Lindy Award Spotlight: 2016 Runner-Up Steppingstone Scholars’ Middle Grades Academy

Posted by on June 30, 2016

By Caitlin Fritz

The Phillip B. Lindy Award for Excellence in K-16 Partnerships aims to recognize collaborations between K-12 schools and universities, recognizing the contributions of Phil Lindy who valued collaboration and communication among diverse stakeholders in order to maximize impact. The 2016 award, which was given to the partnership between Overbrook Elementary and Bryn Mawr College, included many other great nominees, one of which was Steppingstone Scholars’ Middle Grades Academy (MGA), a partnership with the School District of Philadelphia, partner schools, the community, and university partners.

Steppingstone Scholars, Inc. was founded with a mission to “work with families and school partners to provide rigorous educational programming and support for talented underserved students in the Philadelphia region to achieve academic success, opportunity and a college degree.” MGA was started by Steppingstone Scholars in order to expand their programming to address a growing problem in Philadelphia: a broken college pipeline. “Philadelphia public schools start out with 15,000 kids in ninth grade and end up with less than 1,500 a decade later with college degrees,” Sean Vereen, President of Steppingstone Scholars, said. “So being successful within our core program, The Steppingstone Academy was good and we were helping kids but we needed to figure out how to realistically scale our work to deal with the college completion crisis.” MGA was developed to embed Steppingstone’s college-going culture within a whole school.

MGA operates at two Philadelphia schools: Dunbar Promise Academy and Tanner Duckery School in North Philadelphia. Temple University’s partnership with the program helped Steppingstone Scholars gain access to schools to implement the programming, specifically at Duckrey. “One issue was getting inside of the schools. We can bring our expertise and our pipeline into a school, but then we need to figure out how to align it with other resources and interventions going on at the same time,” Sean said. Expanding Steppingstone programs is not just about reaching more schools, but also how this work is a part of an overall effort for school improvement and college and career preparation. Temple University, with its deep commitment to schools in North Philadelphia and a College of Education with a significant infrastructure around urban education, was a natural and perfect partner for the program.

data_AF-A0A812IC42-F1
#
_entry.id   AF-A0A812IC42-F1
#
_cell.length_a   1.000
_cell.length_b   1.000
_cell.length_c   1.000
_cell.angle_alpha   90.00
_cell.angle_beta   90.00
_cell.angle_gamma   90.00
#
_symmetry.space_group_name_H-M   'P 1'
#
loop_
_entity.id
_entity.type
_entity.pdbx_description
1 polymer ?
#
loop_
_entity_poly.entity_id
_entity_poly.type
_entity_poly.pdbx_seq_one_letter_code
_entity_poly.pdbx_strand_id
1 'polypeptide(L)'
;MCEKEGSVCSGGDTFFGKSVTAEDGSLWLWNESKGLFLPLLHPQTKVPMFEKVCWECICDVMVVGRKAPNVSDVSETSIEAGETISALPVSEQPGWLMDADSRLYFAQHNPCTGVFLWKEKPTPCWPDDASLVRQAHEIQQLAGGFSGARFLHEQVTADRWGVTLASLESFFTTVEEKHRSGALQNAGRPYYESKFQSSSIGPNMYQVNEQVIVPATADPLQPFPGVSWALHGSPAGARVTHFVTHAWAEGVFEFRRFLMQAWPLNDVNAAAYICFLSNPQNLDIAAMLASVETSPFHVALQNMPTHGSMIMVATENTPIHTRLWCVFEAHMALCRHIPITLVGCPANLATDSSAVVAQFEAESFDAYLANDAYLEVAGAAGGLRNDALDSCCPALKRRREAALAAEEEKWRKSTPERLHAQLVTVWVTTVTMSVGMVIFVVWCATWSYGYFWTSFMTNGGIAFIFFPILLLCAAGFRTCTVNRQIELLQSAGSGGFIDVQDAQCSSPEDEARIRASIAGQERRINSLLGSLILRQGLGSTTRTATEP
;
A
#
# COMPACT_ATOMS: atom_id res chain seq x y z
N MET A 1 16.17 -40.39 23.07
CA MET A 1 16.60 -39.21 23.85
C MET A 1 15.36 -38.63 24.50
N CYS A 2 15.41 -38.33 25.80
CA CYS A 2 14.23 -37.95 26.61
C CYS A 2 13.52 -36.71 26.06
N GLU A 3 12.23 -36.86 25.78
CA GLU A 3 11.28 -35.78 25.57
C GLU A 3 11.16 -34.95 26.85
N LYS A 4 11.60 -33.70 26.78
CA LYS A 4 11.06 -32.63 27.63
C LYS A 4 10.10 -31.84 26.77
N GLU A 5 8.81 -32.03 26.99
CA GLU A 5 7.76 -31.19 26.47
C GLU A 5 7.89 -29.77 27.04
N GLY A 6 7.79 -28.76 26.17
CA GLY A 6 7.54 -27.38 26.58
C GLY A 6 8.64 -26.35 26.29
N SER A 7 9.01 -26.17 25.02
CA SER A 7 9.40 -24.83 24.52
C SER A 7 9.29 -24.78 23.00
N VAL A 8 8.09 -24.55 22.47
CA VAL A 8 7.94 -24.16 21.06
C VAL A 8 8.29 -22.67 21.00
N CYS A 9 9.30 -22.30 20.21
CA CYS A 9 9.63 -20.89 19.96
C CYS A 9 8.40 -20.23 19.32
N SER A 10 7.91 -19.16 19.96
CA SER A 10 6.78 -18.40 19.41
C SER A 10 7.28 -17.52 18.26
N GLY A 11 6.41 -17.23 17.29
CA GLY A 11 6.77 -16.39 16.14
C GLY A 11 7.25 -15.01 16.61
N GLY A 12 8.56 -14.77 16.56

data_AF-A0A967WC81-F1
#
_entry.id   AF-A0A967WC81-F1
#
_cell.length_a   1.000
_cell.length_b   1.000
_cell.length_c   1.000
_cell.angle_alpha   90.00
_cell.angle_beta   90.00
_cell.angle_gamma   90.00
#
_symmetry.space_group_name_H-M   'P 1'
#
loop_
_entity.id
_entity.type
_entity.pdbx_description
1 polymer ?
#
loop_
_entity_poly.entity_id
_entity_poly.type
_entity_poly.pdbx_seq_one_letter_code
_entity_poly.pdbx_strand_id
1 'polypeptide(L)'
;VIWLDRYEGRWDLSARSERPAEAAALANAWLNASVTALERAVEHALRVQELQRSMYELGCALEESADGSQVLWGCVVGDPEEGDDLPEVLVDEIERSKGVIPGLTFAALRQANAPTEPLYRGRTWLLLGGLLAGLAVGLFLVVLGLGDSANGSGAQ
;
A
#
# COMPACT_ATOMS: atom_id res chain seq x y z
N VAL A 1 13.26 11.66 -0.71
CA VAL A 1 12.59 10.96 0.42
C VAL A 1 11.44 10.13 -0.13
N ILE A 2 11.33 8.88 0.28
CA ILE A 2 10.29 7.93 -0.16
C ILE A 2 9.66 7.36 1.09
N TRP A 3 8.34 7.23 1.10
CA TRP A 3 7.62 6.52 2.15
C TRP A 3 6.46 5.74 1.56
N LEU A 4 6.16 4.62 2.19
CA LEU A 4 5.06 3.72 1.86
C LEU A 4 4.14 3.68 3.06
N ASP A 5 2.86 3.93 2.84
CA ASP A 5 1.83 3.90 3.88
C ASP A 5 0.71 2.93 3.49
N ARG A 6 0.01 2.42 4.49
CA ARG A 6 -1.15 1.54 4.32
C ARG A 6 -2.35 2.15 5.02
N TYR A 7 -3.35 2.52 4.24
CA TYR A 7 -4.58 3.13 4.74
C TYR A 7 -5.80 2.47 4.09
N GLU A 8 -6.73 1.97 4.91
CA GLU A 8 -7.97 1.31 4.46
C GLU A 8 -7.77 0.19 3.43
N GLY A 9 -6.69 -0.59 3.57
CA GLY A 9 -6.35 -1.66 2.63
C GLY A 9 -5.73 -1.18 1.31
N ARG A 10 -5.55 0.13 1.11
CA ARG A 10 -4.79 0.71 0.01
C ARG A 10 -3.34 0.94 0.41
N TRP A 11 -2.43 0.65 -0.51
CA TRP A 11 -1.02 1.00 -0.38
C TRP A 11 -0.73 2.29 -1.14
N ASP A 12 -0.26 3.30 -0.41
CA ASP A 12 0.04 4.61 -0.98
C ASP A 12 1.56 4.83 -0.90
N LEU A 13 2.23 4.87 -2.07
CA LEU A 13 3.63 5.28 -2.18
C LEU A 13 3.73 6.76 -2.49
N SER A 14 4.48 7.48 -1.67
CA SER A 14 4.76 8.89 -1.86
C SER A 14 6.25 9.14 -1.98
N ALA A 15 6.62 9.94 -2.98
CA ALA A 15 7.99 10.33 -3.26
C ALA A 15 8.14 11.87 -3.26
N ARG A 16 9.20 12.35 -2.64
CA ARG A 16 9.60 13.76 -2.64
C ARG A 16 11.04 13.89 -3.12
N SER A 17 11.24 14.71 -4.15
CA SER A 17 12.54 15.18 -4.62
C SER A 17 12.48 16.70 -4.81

I was able to visit Steppingstone Scholars to see MGA first hand. I started my tour with Angela Thomas, Associate Director of Development and Communications, on Temple’s campus, where Steppingstone had just moved into new offices at the Ritter Annex, part of Temple’s College of Education.  We then took the short walk to Dunbar Promise Academy, a K-8 district school surrounded by Temple offices and dormitories.  There I met Barbara Cousar, the MGA STEAM Coordinator at Dunbar. She was meeting with eighth grade students to discuss the high school application process, and was encouraging them to include more competitive high schools such as Bodine, Carver High School for Engineering, the Parkways, and Central on their applications.

At Dunbar, Barbara also works to incorporate STEAM (Science, Technology, Engineering, Arts, and Math) into afterschool programming.  She engages the students in hands-on activities and brings in outside resources such as a traveling science lab.  Recently she helped coordinate an African-American scientist and innovator night at Dunbar. “If you excite them, they will want to do more,” says Barbara. To not only excite students, but to also foster a college going atmosphere, MGA programs receive assistance from Temple University practicum and workstudy students as part of the collaborative partnership Temple and Steppingstone have.

Steppingstone has also worked to support FIRST LEGO League robotics at the MGAs, where students work with LEGO technology to design, build, and program a robot and then compete on a table-top playing field. I was able to visit with the students at Dunbar as they worked to assemble their LEGO robots. The team started in October and had their first competition in January, where they won the ‘Gracious Professionalism’ award.  This type of project-based learning gives the students an opportunity to build problem-solving skills as they work with their teammates to finish the challenge. For many of the students, it is their first time playing with LEGOs, so for some there is a bit of practice at the beginning to get used to using the building blocks and following the directions. Older members of the team work with newer members to teach them how to set up the robots and the playing field.  Ms. Thomas, the math teacher at Dunbar who mentors the robotics team, discussed how the students had grown collectively as a team.  At their January competition, the Dunbar students were able to “interact with teams from other schools and learn from others, especially on the programming side,” commented Ms. Thomas.

The success of the Dunbar robotics team at their first competition, and the excitement generated afterwards, prompted Steppingstone to work with Penn Engineering and Central High School’s RoboLancers, who have a well-established presence in FIRST ROBOTICS, to host their Inaugural Steppingstone Scholars Robotics Competition this past spring. “I like robotics because I can make mistakes and go back and try to figure out what didn’t work,” mentioned a student as she demonstrated her robotic dog that she had programmed to bark. The students at Dunbar’s MGA were really inspiring, and I look forward to seeing where they go next!

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